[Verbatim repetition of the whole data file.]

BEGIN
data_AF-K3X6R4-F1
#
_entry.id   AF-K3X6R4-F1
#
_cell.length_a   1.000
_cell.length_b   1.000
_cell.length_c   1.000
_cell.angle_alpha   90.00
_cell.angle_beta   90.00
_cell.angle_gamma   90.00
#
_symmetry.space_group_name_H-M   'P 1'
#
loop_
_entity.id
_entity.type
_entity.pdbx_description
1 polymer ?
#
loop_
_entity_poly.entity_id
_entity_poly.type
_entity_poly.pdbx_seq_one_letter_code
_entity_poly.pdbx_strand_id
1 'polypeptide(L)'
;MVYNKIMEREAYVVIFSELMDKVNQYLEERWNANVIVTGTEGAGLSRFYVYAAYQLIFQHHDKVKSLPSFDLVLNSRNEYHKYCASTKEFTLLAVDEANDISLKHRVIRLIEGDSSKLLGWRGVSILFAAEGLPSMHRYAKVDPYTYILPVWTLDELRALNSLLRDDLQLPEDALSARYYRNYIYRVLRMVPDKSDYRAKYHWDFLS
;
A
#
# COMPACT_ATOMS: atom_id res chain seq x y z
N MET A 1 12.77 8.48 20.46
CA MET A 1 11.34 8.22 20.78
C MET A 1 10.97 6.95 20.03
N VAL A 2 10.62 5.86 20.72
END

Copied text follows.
data_AF-K3X6R4-F1
#
_entry.id   AF-K3X6R4-F1
#
_cell.length_a   1.000
_cell.length_b   1.000
_cell.length_c   1.000
_cell.angle_alpha   90.00
_cell.angle_beta   90.00
_cell.angle_gamma   90.00
#
_symmetry.space_group_name_H-M   'P 1'
#
loop_
_entity.id
_entity.type
_entity.pdbx_description
1 polymer ?
#
loop_
_entity_poly.entity_id
_entity_poly.type
_entity_poly.pdbx_seq_one_letter_code
_entity_poly.pdbx_strand_id
1 'polypeptide(L)'
;MVYNKIMEREAYVVIFSELMDKVNQYLEERWNANVIVTGTEGAGLSRFYVYAAYQLIFQHHDKVKSLPSFDLVLNSRNEYHKYCASTKEFTLLAVDEANDISLKHRVIRLIEGDSSKLLGWRGVSILFAAEGLPSMHRYAKVDPYTYILPVWTLDELRALNSLLRDDLQLPEDALSARYYRNYIYRVLRMVPDKSDYRAKYHWDFLS
;
A
#
# COMPACT_ATOMS: atom_id res chain seq x y z
N MET A 1 12.77 8.48 20.46
CA MET A 1 11.34 8.22 20.78
C MET A 1 10.97 6.95 20.03
N VAL A 2 10.62 5.86 20.72